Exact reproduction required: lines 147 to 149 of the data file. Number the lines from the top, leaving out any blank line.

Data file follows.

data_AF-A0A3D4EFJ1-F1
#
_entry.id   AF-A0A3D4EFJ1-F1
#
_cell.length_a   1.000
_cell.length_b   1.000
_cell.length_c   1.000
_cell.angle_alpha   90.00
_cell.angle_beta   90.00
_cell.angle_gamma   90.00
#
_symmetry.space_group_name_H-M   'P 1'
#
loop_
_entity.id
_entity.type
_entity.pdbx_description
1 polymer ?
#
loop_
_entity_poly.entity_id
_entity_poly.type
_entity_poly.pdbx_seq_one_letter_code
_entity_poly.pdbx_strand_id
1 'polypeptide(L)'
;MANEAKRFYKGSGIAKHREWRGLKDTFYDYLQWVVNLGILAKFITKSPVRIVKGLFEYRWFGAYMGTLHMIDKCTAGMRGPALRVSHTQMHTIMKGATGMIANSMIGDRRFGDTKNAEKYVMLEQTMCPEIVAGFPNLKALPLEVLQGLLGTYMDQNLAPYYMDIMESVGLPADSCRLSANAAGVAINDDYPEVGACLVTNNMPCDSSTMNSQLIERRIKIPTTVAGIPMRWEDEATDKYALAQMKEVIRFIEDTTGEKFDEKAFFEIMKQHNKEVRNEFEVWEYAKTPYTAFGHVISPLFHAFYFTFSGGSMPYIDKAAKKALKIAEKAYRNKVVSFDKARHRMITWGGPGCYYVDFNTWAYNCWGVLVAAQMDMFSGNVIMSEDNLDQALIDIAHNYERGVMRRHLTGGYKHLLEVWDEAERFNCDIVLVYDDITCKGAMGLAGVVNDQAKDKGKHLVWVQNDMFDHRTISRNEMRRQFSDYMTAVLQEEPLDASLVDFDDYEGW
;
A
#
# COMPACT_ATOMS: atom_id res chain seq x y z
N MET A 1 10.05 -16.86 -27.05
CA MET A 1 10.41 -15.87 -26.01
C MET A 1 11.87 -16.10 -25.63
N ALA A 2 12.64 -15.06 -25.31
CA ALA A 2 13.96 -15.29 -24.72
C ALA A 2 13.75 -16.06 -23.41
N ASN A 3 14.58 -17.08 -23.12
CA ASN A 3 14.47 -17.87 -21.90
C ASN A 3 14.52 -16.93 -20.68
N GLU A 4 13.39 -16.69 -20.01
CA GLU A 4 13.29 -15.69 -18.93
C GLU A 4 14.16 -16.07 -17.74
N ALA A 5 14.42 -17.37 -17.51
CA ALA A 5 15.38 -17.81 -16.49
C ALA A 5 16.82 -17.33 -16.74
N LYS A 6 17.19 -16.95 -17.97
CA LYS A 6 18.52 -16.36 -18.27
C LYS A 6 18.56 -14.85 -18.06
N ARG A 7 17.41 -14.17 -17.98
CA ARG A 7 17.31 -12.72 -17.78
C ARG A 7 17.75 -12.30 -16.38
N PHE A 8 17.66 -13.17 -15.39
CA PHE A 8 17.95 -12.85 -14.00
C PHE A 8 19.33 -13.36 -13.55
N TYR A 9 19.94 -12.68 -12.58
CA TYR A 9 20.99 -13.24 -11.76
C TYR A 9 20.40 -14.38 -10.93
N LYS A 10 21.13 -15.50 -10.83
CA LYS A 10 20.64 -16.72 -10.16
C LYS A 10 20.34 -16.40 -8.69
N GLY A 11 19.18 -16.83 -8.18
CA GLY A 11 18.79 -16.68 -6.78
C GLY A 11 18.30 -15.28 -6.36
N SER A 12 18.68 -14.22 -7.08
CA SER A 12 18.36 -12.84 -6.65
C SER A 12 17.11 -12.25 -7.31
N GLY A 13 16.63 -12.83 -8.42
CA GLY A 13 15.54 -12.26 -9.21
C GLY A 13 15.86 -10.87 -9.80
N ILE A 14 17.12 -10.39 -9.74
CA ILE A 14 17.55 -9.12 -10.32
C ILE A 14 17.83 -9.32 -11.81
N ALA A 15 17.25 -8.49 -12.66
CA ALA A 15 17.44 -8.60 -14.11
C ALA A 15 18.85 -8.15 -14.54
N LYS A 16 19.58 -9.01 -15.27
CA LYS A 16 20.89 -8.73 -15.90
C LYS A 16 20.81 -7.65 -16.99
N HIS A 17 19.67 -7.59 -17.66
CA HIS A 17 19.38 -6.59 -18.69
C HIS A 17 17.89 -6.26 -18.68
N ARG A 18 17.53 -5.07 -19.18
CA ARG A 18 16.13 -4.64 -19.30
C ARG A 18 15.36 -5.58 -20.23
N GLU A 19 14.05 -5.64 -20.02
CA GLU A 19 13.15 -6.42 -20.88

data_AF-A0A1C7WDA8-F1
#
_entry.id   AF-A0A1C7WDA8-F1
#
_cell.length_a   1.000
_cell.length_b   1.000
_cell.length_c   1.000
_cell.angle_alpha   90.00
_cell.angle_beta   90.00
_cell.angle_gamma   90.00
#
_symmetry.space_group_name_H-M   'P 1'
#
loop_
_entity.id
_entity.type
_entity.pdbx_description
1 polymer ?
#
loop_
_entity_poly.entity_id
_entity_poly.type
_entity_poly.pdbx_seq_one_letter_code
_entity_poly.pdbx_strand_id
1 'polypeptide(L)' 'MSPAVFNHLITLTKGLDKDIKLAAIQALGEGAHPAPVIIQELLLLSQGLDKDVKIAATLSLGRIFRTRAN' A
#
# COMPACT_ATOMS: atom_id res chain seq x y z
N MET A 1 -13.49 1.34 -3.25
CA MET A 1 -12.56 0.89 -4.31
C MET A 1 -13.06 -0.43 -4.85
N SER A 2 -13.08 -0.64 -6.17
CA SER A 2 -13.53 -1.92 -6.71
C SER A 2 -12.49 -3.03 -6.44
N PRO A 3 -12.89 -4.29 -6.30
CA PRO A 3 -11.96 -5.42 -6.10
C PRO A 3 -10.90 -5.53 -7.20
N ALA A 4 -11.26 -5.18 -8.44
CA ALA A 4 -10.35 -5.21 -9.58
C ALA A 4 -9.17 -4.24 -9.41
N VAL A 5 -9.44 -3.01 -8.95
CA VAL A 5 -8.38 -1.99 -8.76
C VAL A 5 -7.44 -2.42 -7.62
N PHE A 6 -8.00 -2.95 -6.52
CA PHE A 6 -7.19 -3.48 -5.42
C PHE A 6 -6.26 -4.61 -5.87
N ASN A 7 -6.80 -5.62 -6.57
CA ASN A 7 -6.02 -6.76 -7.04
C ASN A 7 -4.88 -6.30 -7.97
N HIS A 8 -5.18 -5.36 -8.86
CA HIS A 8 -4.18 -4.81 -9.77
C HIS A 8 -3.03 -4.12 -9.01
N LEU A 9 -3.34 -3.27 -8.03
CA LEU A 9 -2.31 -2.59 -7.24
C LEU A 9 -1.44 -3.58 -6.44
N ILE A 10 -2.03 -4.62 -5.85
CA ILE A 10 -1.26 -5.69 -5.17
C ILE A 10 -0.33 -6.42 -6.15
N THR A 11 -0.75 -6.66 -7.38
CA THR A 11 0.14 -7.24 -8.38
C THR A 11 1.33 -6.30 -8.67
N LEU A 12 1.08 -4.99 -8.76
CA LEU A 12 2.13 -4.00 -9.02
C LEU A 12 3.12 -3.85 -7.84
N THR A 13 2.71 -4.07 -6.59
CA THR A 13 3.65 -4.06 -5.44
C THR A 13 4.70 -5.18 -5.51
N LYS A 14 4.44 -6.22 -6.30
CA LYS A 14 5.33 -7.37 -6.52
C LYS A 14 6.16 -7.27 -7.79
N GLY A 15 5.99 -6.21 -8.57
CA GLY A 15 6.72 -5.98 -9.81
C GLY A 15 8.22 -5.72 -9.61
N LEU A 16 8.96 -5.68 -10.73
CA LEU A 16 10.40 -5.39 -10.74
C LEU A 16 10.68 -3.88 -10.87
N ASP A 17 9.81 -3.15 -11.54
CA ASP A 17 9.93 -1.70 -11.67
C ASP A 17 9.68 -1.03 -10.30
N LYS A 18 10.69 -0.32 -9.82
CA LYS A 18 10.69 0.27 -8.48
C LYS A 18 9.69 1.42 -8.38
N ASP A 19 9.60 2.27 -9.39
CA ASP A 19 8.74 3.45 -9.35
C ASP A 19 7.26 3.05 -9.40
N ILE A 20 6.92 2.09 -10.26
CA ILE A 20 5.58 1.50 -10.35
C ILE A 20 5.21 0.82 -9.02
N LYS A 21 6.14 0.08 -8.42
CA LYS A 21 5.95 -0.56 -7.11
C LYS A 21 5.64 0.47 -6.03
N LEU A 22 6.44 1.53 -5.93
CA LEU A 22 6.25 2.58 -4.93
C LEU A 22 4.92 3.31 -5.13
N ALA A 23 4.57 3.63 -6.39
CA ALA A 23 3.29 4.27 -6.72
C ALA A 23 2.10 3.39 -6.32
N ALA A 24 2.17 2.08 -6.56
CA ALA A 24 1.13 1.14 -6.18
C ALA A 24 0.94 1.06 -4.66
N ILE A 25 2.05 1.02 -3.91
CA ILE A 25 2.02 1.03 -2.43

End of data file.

N LEU A 12 1.08 -4.99 -8.76
CA LEU A 12 2.13 -4.00 -9.02
C LEU A 12 3.12 -3.85 -7.84